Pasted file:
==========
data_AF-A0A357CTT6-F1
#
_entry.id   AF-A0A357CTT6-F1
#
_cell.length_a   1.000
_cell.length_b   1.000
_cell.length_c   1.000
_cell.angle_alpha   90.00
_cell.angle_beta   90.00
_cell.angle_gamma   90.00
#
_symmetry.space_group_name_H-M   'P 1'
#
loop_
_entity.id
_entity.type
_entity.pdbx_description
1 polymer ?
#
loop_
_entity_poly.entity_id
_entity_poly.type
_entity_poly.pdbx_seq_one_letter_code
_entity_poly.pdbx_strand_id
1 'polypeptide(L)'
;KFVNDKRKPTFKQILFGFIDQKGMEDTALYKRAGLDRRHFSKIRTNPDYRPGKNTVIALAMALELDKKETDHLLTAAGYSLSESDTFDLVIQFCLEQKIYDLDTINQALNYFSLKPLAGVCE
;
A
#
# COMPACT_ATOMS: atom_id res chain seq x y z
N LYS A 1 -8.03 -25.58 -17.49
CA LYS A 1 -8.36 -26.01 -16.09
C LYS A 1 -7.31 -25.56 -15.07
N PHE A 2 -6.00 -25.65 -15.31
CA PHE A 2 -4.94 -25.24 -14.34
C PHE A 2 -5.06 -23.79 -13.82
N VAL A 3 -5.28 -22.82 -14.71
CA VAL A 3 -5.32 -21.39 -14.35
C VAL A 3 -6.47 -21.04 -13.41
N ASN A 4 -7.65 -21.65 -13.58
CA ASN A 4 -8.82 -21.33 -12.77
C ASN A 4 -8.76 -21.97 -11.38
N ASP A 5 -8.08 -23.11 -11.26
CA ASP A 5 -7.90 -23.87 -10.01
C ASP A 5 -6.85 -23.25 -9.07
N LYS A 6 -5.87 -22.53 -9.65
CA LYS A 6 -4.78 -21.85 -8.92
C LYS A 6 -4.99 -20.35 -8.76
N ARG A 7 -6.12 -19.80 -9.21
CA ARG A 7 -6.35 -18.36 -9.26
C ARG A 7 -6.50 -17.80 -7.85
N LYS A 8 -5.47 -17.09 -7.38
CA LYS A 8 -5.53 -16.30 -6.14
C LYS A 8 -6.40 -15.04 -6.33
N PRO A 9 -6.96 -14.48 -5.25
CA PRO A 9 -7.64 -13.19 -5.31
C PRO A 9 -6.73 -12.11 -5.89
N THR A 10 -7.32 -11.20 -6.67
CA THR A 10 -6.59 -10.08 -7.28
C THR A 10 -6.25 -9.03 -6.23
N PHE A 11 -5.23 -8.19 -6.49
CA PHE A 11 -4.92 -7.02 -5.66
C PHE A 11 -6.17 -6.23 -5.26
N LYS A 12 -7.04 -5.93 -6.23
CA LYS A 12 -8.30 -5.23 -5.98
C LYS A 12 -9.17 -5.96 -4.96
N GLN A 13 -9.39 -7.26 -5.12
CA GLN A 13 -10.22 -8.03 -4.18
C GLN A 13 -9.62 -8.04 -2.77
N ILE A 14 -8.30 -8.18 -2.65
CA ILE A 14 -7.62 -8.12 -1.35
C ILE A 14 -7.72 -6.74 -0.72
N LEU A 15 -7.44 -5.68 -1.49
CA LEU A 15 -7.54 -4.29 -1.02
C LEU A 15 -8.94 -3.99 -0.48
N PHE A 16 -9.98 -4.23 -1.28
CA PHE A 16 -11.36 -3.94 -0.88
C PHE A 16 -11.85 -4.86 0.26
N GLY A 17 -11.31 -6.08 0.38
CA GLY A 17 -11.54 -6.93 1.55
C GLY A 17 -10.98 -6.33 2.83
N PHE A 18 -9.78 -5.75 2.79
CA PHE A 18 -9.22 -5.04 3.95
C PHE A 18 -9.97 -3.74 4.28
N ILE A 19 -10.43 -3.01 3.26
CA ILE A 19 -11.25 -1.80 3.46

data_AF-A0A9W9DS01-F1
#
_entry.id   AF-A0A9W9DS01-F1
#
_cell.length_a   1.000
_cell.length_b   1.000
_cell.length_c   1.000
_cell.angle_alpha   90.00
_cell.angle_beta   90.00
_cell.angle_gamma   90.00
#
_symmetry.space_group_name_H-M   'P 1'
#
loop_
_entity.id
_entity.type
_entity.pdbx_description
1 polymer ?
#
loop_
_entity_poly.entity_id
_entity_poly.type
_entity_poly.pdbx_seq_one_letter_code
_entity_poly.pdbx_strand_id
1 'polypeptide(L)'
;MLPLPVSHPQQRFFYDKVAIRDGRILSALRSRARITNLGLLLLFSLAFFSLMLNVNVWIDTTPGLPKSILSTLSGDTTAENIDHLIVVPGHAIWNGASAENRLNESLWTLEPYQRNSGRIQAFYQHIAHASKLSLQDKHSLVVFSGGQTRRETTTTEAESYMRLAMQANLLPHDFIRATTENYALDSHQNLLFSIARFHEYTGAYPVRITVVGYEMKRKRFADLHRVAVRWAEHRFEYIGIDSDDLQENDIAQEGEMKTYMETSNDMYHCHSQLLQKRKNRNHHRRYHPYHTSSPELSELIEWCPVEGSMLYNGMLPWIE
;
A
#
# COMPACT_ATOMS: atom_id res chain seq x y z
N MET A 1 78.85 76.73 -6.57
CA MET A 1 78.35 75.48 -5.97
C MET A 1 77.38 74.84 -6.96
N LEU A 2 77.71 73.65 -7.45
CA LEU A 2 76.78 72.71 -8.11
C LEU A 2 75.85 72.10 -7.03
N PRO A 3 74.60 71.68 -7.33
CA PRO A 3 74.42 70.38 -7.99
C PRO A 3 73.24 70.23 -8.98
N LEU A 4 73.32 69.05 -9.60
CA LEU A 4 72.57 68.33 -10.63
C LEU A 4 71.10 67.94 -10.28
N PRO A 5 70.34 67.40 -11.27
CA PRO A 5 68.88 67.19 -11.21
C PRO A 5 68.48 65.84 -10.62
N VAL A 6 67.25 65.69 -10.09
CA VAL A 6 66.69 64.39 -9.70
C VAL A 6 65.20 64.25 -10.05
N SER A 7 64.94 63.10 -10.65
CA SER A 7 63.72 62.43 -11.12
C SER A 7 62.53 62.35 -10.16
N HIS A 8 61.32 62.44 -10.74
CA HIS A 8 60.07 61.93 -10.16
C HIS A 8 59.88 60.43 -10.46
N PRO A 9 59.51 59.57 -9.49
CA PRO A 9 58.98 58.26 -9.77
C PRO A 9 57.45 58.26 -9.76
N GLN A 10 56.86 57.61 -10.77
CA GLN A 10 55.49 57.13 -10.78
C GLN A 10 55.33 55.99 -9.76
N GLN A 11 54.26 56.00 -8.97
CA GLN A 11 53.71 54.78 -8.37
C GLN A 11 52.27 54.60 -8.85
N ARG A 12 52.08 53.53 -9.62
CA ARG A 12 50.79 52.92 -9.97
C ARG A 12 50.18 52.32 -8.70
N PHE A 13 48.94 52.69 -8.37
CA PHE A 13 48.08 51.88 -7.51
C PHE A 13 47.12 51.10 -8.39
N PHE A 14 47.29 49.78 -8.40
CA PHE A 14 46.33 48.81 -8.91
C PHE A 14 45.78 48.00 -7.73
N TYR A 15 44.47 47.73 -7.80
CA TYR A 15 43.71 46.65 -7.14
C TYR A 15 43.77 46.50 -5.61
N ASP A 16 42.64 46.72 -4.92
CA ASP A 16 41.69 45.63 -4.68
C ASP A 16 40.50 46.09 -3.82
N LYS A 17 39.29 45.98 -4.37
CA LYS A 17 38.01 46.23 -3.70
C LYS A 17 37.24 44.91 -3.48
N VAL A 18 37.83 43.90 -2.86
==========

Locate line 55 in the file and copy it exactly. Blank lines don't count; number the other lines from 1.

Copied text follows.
N PRO A 9 -6.96 -14.48 -5.25